RENO, NV - Some stories don't fit easily into a daily assignment or a single story in a newscast. They take extra time and effort, sometimes long journeys.
They fall into a category called "Special Projects."
In 60 years of broadcasting as northern Nevada's first television station, KOLO 8 News Now has seen a number of them.
When our community faces a big decision, like the fate of an historic landmark, you can expect to see coverage of the debate in our newscasts.
In the case of the Mapes Hotel, that debate lasted for years. The first high rise hotel built in the U-S after the war. It closed in 1982 and for nearly two decades the community pondered its fate..
Finally despite its listing on the National Register of Historic Places, the city decided to take it down. When that moment came January 30, 2000, northern Nevadans watched a special KOLO 8 broadcast. It won awards and allowed northern Nevadans to witness a moment of history live.
In August of 1997, history of a different sort was being made at Lake Tahoe. A sitting President and Vice President headlined a first ever summit on efforts to protect the national treasure.
It was, as all presidential visits are, a major story which we covered from all angles including a unique underwater live shot demonstrating the lost clarity of the lake's waters.
History gives context to our present lives and there have been times when we've taken a fond, nostalgic backward look to tell those kind of stories.
In 2011, John Tyson took us for a ride on White Pine County's Nevada Northern Railway, sharing one of his personal loves and a living, breathing piece of Nevada history in an award winning documentary.
We relieve an era of our past every summer as Hot August Nights rolls into town. A celebration of America's twin loves of rock 'n roll and the car, it's our area's biggest special event and gets special attention, including in 2006, a half hour salute we called "endless Summer"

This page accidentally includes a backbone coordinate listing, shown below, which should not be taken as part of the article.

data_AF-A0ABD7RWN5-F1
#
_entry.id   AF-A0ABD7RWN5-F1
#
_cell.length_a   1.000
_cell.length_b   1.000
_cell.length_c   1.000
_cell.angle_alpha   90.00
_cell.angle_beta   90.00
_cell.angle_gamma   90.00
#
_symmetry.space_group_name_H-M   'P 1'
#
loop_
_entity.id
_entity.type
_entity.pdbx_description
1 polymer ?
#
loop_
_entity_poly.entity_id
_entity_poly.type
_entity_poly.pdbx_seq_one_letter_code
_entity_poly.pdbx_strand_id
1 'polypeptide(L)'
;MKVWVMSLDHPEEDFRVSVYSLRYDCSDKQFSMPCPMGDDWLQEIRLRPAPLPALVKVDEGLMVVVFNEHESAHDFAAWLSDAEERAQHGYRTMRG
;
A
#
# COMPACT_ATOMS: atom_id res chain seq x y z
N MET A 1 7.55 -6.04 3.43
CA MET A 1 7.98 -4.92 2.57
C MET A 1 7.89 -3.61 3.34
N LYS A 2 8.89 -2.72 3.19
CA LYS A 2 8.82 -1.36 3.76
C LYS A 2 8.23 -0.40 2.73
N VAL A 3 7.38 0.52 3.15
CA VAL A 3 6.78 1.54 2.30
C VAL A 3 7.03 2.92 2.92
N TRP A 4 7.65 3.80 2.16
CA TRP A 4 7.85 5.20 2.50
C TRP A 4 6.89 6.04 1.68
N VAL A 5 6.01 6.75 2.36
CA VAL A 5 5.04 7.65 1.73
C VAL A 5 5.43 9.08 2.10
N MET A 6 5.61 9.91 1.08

It's one of the axioms of this business that the biggest stories are those closest to us, but that pursuit can take us across the country, as it did last year, when Pat Hambright was invited to the White House for a one-on-one sit down with the president.
We've also followed other Nevadans to major stories far from home. When Nevada National Guard members were called to New Orleans in the wake of Hurricane Katrina in August of 2005, we flew there and found them playing a crucial role in the recovery.
In 2004, we traveled all the way to the Middle East.
In Iraq roadside bombs were killing more of our soldiers than insurgents and kits to add armor to our military's Humvees were being assembled here in our area and shipped from the Sierra Army Depot at Herlong.
Some of the base's personnel volunteered to go there to install them. We followed to Kuwait, then to Iraq, LSA Anaconda and finally Baghdad, finding equipment produced here protecting soldiers, including some from our area, there.
Local issues can send us looking for answers elsewhere as it did in 2000 as Nevadans considered a ballot question legalizing medical marijuana, Terri Russell went to a state which had already faced that question, New Mexico, to guage it's impact.
Last year she followed a Nevada mustang, Hollywood, from the Nevada range to the Mexican bordedr as it was trained for a new career in the U-S Border Patrol
And in 2008, as Nevada was about to step on to the national political stage with its first ever early presidential caucus, we went to Iowa to talk with the real veterans of this very different process to see how it is done.
All too often our news includes stories of every day people caught in life threatening situations. We've also taken the time to tell our viewers how to protect themselves.
In 1999 that meant broadcasting from inside a burning building. We devoted much of our broadcast November 18th of that year to not only telling, but showing how fast a simple waste basket fire can turn a home into a dark, deadly trap and how to "Get Out Alive."
Getting out alive was also the aim of Terri Russell's special report Run, Retreat, Resist which showed our viewers how to respond to a workplace hostage or shooting. It aired last February, but today is being used by law enforcement agencies and others across the country.
These stories didn't fit easily into a nightly newscast. They needed extra time, extra effort, even long journeys, but often the biggest stories are thrust on us.
Next week as we conclude our series of reports, we'll look back on some of the biggest in all those 60 years.